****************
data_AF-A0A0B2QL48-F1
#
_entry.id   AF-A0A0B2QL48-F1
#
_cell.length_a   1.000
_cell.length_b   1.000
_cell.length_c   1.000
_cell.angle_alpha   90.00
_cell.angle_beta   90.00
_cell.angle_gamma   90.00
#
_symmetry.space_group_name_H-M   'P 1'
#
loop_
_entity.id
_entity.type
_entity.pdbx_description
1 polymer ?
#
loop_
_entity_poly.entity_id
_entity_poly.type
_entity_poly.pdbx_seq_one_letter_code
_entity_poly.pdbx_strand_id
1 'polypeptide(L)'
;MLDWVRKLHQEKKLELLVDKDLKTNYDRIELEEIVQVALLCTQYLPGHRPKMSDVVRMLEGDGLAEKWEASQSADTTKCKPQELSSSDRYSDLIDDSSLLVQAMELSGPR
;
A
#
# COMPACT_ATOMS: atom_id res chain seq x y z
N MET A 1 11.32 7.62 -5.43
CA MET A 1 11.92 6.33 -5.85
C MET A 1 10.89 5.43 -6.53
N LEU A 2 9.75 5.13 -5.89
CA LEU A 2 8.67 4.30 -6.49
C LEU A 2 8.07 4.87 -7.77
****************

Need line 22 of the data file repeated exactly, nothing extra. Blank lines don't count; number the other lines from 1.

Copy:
_entity_poly.type